Sticky cure saves Suffolk stallion

New Scientist vol 133 issue 1811 - 07 March 92, page 8

Childhood memories of a school science experiment have helped a vet to save a patient's professional career. The unfortunate victim of an accident at work was a Suffolk punch stallion, kicked by a mare he was supposed to service. A painful swelling developed on the stallion's penis.

The next day a local vet, Philip Ryder-Davies, was called in. 'Despite all manner of treatment, the oedematous swelling got worse and worse over the course of the next three days.' With disaster looming, a long-forgotten science lesson came to mind, he explains in the Veterinary Record (15 February).

Ryder-Davies remembered an experiment to demonstrate osmosis. The shell was removed from a raw egg, and the egg, with its inner membrane still intact, was put in a strong solution of sugar. As osmotic pressure forced the water from the egg, it gradually began to shrink.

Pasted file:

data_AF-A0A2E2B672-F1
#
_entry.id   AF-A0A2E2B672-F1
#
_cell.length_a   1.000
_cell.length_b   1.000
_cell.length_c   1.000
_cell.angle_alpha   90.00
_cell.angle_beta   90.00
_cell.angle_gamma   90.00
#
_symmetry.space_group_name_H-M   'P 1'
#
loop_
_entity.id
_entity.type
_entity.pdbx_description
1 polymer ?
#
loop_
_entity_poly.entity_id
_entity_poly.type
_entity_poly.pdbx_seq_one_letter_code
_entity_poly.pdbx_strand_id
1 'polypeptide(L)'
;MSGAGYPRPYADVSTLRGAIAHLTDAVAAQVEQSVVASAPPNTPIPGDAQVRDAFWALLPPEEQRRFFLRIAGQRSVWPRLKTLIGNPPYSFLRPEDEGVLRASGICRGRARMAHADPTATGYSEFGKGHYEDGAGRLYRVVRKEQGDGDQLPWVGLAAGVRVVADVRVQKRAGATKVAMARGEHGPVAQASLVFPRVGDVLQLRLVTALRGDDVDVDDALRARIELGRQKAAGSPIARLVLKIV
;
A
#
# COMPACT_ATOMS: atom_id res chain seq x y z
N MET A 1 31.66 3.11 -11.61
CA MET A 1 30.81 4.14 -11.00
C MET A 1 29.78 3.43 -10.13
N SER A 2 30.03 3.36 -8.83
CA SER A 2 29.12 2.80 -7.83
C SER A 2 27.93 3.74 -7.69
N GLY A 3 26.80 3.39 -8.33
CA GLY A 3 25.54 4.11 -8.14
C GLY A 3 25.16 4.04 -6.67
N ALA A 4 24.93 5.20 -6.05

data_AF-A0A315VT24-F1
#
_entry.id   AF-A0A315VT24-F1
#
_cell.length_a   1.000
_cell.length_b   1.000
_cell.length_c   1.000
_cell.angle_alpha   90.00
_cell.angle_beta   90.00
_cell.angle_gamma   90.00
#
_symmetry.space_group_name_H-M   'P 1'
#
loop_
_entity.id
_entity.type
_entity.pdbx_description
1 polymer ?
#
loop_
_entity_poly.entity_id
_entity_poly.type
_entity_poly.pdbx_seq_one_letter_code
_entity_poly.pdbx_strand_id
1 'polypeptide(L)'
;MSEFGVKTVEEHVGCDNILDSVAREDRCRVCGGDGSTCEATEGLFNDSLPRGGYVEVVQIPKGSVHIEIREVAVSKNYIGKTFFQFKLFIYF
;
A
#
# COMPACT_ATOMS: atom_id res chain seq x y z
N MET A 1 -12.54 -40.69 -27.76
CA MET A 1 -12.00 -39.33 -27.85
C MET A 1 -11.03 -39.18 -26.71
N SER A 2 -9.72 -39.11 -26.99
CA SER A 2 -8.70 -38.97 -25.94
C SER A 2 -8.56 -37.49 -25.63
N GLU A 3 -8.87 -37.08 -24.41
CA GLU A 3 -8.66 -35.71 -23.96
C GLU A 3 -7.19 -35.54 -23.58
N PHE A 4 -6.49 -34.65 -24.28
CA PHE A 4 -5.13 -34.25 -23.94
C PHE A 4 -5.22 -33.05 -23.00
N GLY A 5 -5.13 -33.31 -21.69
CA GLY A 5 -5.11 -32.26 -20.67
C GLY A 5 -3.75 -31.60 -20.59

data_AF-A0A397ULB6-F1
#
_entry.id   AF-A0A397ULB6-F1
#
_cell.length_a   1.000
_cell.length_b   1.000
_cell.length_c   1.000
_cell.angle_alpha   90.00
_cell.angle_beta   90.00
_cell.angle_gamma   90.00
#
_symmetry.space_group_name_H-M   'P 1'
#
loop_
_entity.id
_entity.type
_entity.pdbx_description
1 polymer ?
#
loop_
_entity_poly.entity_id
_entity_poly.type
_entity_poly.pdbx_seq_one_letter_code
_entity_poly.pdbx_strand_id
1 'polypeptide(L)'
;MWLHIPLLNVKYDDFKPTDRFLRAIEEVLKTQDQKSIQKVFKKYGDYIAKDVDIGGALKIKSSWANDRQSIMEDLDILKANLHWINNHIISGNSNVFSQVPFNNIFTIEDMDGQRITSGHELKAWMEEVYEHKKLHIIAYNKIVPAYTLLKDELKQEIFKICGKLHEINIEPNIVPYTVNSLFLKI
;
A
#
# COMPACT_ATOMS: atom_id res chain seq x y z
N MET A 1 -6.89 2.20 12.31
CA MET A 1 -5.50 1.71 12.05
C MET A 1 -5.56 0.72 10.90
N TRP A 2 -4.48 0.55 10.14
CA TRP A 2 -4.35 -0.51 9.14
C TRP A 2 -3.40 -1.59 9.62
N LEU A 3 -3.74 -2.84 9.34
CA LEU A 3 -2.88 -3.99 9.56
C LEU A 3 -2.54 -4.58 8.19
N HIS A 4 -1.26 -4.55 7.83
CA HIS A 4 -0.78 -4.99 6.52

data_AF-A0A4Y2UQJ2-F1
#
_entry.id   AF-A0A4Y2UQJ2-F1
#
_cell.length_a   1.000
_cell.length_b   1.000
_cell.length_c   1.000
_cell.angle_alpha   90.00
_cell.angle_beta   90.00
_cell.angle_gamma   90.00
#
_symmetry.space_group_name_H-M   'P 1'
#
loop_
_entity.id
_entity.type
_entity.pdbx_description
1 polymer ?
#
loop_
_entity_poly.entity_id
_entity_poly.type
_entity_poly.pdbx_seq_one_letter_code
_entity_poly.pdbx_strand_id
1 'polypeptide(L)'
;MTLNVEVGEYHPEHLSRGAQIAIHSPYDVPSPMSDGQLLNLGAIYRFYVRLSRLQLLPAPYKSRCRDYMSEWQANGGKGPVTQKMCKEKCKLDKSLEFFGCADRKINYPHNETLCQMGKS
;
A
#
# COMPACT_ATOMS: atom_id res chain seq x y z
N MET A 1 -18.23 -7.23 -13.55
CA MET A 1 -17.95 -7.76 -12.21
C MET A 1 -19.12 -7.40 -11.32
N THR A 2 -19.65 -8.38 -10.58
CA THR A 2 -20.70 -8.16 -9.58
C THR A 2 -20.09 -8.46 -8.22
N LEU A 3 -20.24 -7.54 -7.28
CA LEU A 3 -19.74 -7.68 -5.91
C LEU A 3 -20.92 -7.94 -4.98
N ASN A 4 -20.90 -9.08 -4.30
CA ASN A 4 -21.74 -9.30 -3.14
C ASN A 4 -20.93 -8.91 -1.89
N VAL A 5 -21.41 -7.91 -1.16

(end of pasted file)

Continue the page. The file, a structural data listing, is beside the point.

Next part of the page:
Ryder-Davies suspended a canister of syrup from belts around the animal's abdomen and placed the damaged organ inside. Within 24 hours the swelling had disappeared, he reports, and the stallion has now completely recovered.

A specialist in the biology of membranes confirmed that the treatment was feasible. 'Putting a swollen organ in a highly concentrated solution of salt or sugar would certainly pull the water out. It raises the question of what happens to the penises of swimmers in the Dead Sea,' he said.


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